TORONTO – Money is on the mind of Canadian parents as they head out to do back-to-school shopping.
A new consumer survey shows that 78 per cent of Canadians think back-to-school shopping has become increasingly expensive and 69 per cent have a budget in mind when they hit the mall.
The survey, conducted by online coupon site RetailMeNot, also found that despite efforts to budget, a majority of Canadians will spend more than $200 to send their kid back to school. Twelve per cent will spend over $400.
By heading straight to the brick-and-mortar stores without checking online first, Canadians are missing out on major savings opportunities, said Angela Self, co-founder of Smart Cookies, a company that offers financial advice for everyday life.
The RetailMeNot survey found that the majority of parents polled (roughly 60 per cent) do most or all of their shopping in physical stores, “and they may be missing out on major online savings,” said Self.
One of the biggest tips Self tells shoppers is to make a habit of checking an online coupon site before heading out to the store.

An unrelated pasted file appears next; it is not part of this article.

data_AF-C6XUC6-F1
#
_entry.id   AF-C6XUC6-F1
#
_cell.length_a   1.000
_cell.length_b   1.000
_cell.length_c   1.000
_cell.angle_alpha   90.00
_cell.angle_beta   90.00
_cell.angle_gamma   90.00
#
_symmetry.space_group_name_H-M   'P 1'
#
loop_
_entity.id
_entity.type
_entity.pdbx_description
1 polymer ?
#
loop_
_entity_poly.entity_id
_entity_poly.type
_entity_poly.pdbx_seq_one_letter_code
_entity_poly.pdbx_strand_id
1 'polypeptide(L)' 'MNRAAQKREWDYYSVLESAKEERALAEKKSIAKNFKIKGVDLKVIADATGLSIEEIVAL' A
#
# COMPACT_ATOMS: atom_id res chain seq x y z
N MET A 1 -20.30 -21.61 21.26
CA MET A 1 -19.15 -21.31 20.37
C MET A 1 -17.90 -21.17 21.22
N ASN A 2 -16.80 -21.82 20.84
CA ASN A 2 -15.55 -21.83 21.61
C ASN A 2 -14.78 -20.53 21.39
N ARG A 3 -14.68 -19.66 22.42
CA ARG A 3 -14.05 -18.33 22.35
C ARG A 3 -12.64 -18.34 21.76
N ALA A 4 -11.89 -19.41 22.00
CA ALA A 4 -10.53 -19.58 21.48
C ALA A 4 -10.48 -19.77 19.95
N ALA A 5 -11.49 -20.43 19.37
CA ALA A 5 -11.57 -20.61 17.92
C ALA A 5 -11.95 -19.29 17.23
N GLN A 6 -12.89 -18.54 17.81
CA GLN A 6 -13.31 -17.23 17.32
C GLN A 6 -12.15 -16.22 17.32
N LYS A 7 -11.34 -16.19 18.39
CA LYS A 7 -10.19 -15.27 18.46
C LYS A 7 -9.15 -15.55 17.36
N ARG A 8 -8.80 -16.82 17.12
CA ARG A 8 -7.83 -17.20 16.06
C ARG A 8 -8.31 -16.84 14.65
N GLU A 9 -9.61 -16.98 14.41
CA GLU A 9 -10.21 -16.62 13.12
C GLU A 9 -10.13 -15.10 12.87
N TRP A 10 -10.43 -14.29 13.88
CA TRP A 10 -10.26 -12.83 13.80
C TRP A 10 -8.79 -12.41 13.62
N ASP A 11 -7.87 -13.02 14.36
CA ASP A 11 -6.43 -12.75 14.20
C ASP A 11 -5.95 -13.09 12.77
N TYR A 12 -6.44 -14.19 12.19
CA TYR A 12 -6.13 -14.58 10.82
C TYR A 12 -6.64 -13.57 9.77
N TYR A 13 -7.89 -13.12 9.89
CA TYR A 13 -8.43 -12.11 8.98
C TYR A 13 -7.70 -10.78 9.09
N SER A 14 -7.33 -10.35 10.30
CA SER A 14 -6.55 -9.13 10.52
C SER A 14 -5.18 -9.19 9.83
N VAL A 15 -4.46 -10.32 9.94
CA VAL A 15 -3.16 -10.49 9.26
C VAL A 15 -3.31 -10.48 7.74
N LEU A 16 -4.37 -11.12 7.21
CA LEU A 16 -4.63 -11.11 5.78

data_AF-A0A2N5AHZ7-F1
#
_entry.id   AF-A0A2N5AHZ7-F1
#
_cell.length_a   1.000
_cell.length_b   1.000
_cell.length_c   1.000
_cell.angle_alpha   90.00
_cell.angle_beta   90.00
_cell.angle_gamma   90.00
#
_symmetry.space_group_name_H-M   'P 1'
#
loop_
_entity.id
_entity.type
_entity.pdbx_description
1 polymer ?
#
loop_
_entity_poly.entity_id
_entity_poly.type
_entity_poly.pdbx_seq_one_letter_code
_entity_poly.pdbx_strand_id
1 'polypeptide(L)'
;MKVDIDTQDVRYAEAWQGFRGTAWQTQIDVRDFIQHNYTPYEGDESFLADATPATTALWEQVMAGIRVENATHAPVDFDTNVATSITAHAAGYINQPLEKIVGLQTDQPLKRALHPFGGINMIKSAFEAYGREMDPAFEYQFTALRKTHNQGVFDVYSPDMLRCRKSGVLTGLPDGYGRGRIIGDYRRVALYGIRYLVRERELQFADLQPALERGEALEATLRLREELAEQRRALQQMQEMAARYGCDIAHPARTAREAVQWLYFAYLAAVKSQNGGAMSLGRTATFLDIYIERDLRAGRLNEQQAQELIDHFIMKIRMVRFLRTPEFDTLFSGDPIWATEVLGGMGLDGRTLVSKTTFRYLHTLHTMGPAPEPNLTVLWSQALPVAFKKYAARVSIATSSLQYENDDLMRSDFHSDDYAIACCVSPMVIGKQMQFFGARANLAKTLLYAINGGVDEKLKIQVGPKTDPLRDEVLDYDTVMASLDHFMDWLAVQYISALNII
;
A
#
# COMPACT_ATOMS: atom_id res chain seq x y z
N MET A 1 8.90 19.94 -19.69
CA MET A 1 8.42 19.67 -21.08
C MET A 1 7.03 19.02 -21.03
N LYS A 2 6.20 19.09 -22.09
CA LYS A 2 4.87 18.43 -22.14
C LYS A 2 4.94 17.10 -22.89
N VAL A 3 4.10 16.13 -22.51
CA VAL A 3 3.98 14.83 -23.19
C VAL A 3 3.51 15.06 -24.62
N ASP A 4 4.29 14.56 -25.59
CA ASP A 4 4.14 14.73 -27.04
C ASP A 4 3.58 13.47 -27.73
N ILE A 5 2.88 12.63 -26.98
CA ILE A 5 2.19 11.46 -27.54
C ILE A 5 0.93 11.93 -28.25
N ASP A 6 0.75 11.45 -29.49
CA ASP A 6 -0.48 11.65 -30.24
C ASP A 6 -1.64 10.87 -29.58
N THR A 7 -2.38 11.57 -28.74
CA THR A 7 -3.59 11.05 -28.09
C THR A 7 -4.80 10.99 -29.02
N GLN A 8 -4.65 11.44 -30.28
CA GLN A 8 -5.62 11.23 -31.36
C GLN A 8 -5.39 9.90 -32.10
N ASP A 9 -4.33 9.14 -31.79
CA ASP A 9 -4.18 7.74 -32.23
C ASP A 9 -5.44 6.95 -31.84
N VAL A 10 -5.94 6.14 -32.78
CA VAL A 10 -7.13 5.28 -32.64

“There really are great deals to be had,” said Self. Stores such as Hudson’s Bay and SportChek will often offer deals online such as 20 per cent off a purchase of $100, she said.
When shopping online, choose retailers that offer deals such as free shipping, promo codes and discounts.
The RetailMeNot survey found that in addition to students, parents also feel peer pressure when back-to-school shopping. Over half of Canadians polled (58 per cent) admitted that other parents influence what items they buy for their kids. The majority of parents (82 per cent) said they believe their child’s peers influence what items students want for back to school.
Self said she’s witnessed parents buy laptops that are hundreds of dollars more expensive than another brand because their friends have the same one.
With all that external pressure to have the latest and greatest things, Self recommends making a list before you shop, dividing up the items you actually need and the ones that are just “nice-to-haves.”
To figure out what school supplies your child actually needs, some schools will list items on the school website. If your child’s school doesn’t do this, Self recommends asking the teacher what is needed.
Another suggestion is to buy just the basics before school starts, then wait until students go back to figure out what else is needed.
Parents can get their kids involved in making the list of needs versus wants. Then hop online to compare prices.
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